In order to do each route in the other direction from our first project (if you follow me), we had relied on the 56 to deliver us to Leyton, Bakers Arms, in order to take the 55 to Oxford Circus. So we were glad to make use of the facilities of the large Tesco, and had time to admire the terra cotta bas reliefs of the items they sell before we set off at 11.20.
The weather was damp and nasty, and as we all know the ghastly Boris Buses do not have good sight lines, but Linda managed some good pictures, as you can see. We turned left past the Bakers Arms Benevolent Institution. The gate says it was founded in 1832, but the Italianate Almshouses are somewhat later than that. I admired the remarkable cycling facilities of Waltham Forest. They just show what a borough can do when given £30,000,000 to spend by TfL.
Other interesting things spotted through the rain were the flower-covered Hare pub, an art-covered house, and a strange building with a clock tower, which I have been unable to identify.
We also spotted a hairdressers which claimed 'no gender, no texture, just hair'. Another one, later, suggested 'Life's too short for boring hair'.
The former Queen Elizabeth Hospital for Children is now apartments, though we thought they had kept the balconies where sick children were exposed to fresh air. These were not the only new-build we passed, and at one building site, the previous building was still being knocked down.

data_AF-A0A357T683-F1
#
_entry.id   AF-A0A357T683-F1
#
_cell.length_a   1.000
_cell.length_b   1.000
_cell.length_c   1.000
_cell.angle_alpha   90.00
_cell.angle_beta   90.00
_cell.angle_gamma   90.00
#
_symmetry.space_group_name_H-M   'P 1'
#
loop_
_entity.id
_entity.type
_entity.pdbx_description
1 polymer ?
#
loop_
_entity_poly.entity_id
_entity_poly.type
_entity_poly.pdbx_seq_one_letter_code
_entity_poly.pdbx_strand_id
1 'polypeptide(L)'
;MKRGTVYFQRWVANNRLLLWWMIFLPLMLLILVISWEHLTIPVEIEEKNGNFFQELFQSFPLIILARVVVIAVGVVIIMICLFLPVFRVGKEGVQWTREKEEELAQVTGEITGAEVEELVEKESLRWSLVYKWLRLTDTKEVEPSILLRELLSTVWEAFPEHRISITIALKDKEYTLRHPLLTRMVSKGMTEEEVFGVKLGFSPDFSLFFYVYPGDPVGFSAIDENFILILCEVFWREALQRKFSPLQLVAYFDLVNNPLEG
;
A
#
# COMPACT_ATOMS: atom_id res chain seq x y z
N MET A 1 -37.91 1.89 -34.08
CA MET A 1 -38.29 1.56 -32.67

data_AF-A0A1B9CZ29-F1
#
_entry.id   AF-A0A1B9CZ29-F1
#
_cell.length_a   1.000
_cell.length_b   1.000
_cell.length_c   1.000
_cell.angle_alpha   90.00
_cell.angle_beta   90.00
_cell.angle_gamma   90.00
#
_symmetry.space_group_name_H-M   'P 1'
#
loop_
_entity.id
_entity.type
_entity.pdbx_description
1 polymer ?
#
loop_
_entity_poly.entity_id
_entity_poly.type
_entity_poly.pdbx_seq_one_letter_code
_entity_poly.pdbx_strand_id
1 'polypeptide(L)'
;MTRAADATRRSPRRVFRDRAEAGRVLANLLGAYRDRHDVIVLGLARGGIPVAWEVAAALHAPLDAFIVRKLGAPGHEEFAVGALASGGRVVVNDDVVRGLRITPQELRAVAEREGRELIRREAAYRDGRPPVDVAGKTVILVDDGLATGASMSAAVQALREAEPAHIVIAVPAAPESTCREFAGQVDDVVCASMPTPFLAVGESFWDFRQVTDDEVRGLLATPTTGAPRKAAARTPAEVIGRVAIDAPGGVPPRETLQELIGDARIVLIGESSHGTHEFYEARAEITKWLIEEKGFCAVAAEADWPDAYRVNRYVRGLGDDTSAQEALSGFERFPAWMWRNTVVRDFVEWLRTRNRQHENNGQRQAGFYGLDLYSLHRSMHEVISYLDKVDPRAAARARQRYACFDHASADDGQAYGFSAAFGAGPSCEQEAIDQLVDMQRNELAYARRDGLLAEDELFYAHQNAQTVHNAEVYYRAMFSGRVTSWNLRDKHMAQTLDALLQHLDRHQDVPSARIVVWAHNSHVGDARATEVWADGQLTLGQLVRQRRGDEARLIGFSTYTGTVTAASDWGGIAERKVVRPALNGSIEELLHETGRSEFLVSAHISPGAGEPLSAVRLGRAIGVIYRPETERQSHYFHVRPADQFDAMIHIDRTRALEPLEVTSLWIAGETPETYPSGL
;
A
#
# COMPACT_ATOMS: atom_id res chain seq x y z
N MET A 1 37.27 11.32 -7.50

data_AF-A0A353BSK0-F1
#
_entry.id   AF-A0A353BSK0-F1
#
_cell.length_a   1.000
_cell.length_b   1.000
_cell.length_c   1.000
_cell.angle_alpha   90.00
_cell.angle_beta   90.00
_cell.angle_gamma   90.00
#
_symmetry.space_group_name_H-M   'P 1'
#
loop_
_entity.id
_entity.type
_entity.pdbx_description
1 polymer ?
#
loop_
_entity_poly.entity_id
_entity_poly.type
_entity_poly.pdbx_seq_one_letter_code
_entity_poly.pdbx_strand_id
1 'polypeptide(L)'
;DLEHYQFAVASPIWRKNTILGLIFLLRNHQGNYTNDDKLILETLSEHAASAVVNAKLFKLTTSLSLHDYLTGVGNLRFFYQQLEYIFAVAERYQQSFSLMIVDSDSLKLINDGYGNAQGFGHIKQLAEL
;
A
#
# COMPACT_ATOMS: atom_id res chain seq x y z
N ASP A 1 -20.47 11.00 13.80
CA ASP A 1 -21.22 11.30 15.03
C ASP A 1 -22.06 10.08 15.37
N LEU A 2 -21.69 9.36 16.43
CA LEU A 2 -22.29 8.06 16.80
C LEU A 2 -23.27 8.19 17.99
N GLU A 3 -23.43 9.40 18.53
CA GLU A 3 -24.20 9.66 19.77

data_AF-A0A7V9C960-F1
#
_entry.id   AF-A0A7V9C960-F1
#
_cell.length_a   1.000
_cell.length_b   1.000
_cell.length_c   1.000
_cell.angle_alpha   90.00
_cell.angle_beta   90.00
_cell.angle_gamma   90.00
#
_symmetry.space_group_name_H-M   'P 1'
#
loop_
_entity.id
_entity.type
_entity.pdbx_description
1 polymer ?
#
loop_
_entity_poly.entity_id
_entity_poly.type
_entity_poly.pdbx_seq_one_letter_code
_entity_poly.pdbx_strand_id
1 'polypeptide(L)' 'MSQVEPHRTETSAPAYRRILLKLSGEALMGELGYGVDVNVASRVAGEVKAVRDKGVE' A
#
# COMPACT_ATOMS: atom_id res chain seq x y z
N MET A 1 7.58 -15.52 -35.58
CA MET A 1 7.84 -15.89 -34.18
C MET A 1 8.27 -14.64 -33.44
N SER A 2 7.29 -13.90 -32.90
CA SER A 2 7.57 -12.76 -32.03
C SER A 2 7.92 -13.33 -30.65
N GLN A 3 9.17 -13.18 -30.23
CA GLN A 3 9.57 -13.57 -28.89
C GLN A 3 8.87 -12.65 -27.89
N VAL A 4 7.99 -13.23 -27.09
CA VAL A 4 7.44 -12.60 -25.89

This area of London has a large number of hoardings (there's a surprise) which are attractively embellished by artists happy to sign their names. So we were interested to see (later) an agency which offered such a service: 'You say it, we'll spray it'. They are the Global Street Art Agency, should you want any graffiti.
The Shoreditch Grind was offering 'Brunch not Brexit' an antidote, perhaps, to the known view of the proprietor of a certain pub chain, whose 'Masque Haunt' was nearby.
The Inns of Court have attractive walled gardens which we passed on the way to the Conway Hall. The route then crosses Southampton Row, to pass the HQ of the Unite Union.
Some fellow passengers, who had been commenting on the various Brexit references we passed, were interested to see the name 'Sicilian Avenue'. Linda and I remember when it was full of furniture shops and such: now it seems to be all about food and coffee
This brought us into Oxford Street, past Tottenham Court Road Station, still incomplete and still awaiting the arrival of Crossrail.
Oxford Street was closed Eastbound for some distance, because of building works, but we were going west and so did not mind. We reached Oxford Circus at 12.50, having had a straightforward east to west ride, only slightly marred by the gloomy and damp weather.